Leonardo da Vinci was a master of many things: Anatomy, mathematics, cartography, and geology (just to name a few). He also created a number of masterpieces. Individuals the world over are familiar with “The Last Supper,” “The Vitruvian Man,” and the “Mona Lisa.” On top of all of these amazing accomplishments, why not give him credit for creating 3D imagining?
Researchers Claus-Christian Carbon and Vera Hesslinger have been studying Mona Lisa for years, and they just announced that this may be the first stereoscopic image in the world. Stereoscopy (also known as 3D imaging) is a technique that is used to create the illusion of depth in an image i.e., to create 3D images. So in other words, Mona Lisa appears to be the earliest known 3D image.
The researchers assert that Mona Lisa can be seen in 3D thanks to another version of the painting that was painted by da Vinci’s side as he was making the original. X-ray images revealed that El Prado's Mona Lisa (a version of the painting that was initially believed to be painted after da Vinci's creation) was actually painted by an apprentice at the same time of the original. Essentially, the two painters were working side-by-side. Ultimately, the researchers discovered that this positioning created a kind of binocular view that resulted in two different paintings that, when combined, result in the stereoscopic image.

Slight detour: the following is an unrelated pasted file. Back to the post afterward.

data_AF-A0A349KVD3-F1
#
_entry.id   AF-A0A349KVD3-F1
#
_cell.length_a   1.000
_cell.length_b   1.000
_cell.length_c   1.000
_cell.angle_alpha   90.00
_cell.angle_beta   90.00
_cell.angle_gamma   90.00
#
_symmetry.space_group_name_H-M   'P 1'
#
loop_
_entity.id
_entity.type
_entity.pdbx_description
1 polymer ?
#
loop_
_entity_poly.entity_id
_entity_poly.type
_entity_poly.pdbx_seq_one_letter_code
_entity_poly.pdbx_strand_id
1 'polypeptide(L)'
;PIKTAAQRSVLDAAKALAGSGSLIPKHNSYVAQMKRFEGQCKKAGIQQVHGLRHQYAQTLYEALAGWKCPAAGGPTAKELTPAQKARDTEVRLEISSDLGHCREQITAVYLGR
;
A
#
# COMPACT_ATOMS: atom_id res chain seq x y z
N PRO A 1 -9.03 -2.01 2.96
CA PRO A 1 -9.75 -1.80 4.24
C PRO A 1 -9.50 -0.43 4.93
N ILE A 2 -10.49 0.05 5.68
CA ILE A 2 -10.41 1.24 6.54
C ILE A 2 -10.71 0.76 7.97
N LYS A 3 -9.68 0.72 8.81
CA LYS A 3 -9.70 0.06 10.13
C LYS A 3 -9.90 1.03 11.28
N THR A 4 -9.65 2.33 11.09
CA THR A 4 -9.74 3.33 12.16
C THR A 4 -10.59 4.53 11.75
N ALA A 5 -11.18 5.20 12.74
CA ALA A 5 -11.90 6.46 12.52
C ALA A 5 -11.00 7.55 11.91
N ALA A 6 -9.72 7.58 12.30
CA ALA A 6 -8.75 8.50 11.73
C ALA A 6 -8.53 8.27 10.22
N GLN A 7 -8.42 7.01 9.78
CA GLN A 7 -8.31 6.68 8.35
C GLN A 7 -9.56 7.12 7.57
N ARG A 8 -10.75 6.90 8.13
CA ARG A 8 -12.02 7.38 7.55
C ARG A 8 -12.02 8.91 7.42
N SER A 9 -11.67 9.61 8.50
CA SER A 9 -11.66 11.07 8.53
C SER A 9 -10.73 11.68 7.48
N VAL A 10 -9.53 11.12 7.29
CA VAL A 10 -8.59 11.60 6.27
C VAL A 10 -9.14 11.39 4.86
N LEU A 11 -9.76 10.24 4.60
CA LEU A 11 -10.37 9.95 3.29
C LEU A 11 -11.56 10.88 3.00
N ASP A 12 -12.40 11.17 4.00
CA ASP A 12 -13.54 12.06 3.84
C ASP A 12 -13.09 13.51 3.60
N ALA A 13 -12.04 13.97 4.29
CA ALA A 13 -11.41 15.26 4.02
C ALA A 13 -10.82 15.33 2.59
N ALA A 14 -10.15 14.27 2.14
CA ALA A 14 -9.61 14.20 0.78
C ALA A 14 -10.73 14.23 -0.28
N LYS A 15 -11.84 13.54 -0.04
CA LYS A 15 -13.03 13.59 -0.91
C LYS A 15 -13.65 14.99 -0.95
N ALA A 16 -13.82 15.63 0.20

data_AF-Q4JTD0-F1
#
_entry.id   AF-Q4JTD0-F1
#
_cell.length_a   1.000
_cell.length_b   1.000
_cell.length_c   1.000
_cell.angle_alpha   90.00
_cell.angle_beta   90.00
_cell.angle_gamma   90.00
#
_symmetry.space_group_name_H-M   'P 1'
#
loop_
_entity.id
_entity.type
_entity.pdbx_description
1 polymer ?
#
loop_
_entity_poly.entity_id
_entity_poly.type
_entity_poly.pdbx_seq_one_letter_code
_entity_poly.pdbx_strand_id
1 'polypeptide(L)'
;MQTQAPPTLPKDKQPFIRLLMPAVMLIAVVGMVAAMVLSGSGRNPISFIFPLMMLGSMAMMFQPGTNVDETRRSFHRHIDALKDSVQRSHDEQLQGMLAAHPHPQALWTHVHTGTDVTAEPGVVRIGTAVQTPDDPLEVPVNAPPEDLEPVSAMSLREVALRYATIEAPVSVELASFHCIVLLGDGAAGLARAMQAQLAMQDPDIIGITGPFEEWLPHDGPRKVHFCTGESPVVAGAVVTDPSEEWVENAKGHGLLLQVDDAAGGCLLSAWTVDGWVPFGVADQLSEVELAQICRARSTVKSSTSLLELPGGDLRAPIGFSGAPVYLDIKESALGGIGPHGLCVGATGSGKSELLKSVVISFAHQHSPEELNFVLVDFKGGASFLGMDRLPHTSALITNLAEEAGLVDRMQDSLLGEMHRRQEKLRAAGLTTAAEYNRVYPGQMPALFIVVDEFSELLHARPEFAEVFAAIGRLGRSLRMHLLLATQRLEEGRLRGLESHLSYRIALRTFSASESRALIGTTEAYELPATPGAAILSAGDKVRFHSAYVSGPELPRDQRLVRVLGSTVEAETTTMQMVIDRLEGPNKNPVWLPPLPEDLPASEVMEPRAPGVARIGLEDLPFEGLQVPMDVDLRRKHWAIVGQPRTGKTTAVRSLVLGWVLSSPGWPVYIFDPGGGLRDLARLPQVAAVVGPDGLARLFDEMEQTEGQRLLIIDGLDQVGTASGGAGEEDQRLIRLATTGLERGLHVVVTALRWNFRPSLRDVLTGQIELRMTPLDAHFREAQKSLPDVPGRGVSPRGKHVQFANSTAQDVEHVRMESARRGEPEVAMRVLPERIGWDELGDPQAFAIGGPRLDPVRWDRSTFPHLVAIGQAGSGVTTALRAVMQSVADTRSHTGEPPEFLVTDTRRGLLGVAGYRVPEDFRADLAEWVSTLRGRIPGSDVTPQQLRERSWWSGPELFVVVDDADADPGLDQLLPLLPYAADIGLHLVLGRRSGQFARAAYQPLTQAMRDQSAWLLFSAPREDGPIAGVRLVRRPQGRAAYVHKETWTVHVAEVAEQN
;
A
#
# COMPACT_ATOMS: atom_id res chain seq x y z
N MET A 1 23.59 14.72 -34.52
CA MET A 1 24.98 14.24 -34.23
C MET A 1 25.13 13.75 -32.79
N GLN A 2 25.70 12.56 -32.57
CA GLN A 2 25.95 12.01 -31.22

To understand this process, think of your own eyes. Ultimately, it is our binocular vision that allows us to accurately perceive depth. The brain takes the perspective from both our eyes and melds the information into one view that, when coupled, creates the 3D representation of the world that we all know and love. See what happens when the two images of Mona Lisa are combined.
However, unfortunately, it's impossible to know whether the observations are just a fortunate coincidence, or if Leonardo intentionally created the first stereoscopic art. Science News' Erika Engelhaupt writes, "DaVinci did write about monocular and binocular vision, and studied aspects of optics including eye anatomy and light reflection, and he even experimented with colored light sources, but it’s not clear whether he put all the pieces together to understand how to create a stereoscopic image."
If nothing else, this discovery offers us an interesting way to talk about binocular visions and how 3D imaging works. Perhaps it's just an interesting way to introduce the idea to students, but that's certainly something that is worthwhile.